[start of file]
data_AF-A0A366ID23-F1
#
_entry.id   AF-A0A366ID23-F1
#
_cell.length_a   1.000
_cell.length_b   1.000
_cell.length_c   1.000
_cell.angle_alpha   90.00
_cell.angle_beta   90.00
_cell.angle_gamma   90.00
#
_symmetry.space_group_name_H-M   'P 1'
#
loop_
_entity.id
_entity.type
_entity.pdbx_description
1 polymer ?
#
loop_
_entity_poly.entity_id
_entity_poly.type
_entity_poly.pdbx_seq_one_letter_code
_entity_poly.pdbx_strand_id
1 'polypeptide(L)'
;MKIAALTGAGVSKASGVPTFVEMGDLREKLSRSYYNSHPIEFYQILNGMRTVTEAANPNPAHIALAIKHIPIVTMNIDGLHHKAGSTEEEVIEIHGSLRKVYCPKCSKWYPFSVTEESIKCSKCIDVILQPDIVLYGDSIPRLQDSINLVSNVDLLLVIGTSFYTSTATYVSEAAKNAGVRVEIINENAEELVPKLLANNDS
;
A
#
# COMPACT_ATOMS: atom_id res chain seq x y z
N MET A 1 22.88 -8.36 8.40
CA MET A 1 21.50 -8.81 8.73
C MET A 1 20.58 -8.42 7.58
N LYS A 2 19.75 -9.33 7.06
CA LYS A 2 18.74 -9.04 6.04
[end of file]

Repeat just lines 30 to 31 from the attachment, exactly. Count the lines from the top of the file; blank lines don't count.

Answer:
# COMPACT_ATOMS: atom_id res chain seq x y z
N MET A 1 22.88 -8.36 8.40